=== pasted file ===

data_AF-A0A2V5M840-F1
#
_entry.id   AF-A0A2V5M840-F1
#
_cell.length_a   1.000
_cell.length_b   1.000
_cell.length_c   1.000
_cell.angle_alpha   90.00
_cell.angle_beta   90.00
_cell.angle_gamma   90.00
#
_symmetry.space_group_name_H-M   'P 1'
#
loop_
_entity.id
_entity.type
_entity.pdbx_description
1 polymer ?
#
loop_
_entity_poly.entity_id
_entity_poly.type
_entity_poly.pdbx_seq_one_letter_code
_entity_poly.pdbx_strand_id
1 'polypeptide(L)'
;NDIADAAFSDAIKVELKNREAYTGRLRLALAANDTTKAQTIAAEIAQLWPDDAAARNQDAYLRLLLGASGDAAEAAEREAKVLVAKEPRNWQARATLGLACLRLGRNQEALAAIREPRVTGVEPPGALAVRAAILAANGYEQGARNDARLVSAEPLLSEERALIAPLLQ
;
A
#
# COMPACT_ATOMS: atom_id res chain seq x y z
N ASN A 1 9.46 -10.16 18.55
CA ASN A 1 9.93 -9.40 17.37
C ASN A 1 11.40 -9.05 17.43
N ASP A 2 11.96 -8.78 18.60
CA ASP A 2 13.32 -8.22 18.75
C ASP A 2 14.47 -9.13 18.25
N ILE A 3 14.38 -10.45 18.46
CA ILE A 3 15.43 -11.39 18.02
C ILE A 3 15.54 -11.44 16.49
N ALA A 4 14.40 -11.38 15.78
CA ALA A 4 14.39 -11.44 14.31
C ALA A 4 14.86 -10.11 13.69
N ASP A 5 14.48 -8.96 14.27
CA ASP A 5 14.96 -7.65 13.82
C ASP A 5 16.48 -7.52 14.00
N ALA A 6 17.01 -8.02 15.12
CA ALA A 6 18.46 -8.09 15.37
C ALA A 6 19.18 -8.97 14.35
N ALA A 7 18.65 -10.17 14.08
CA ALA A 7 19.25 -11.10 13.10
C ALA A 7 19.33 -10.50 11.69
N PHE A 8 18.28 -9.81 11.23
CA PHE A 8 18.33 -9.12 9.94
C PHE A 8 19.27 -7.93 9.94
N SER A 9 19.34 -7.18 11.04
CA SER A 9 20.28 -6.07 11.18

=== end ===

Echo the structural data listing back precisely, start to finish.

data_AF-A0A2V5M840-F1
#
_entry.id   AF-A0A2V5M840-F1
#
_cell.length_a   1.000
_cell.length_b   1.000
_cell.length_c   1.000
_cell.angle_alpha   90.00
_cell.angle_beta   90.00
_cell.angle_gamma   90.00
#
_symmetry.space_group_name_H-M   'P 1'
#
loop_
_entity.id
_entity.type
_entity.pdbx_description
1 polymer ?
#
loop_
_entity_poly.entity_id
_entity_poly.type
_entity_poly.pdbx_seq_one_letter_code
_entity_poly.pdbx_strand_id
1 'polypeptide(L)'
;NDIADAAFSDAIKVELKNREAYTGRLRLALAANDTTKAQTIAAEIAQLWPDDAAARNQDAYLRLLLGASGDAAEAAEREAKVLVAKEPRNWQARATLGLACLRLGRNQEALAAIREPRVTGVEPPGALAVRAAILAANGYEQGARNDARLVSAEPLLSEERALIAPLLQ
;
A
#
# COMPACT_ATOMS: atom_id res chain seq x y z
N ASN A 1 9.46 -10.16 18.55
CA ASN A 1 9.93 -9.40 17.37
C ASN A 1 11.40 -9.05 17.43
N ASP A 2 11.96 -8.78 18.60
CA ASP A 2 13.32 -8.22 18.75
C ASP A 2 14.47 -9.13 18.25
N ILE A 3 14.38 -10.45 18.46
CA ILE A 3 15.43 -11.39 18.02
C ILE A 3 15.54 -11.44 16.49
N ALA A 4 14.40 -11.38 15.78
CA ALA A 4 14.39 -11.44 14.31
C ALA A 4 14.86 -10.11 13.69
N ASP A 5 14.48 -8.96 14.27
CA ASP A 5 14.96 -7.65 13.82
C ASP A 5 16.48 -7.52 14.00
N ALA A 6 17.01 -8.02 15.12
CA ALA A 6 18.46 -8.09 15.37
C ALA A 6 19.18 -8.97 14.35
N ALA A 7 18.65 -10.17 14.08
CA ALA A 7 19.25 -11.10 13.10
C ALA A 7 19.33 -10.50 11.69
N PHE A 8 18.28 -9.81 11.23
CA PHE A 8 18.33 -9.12 9.94
C PHE A 8 19.27 -7.93 9.94
N SER A 9 19.34 -7.18 11.04
CA SER A 9 20.28 -6.07 11.18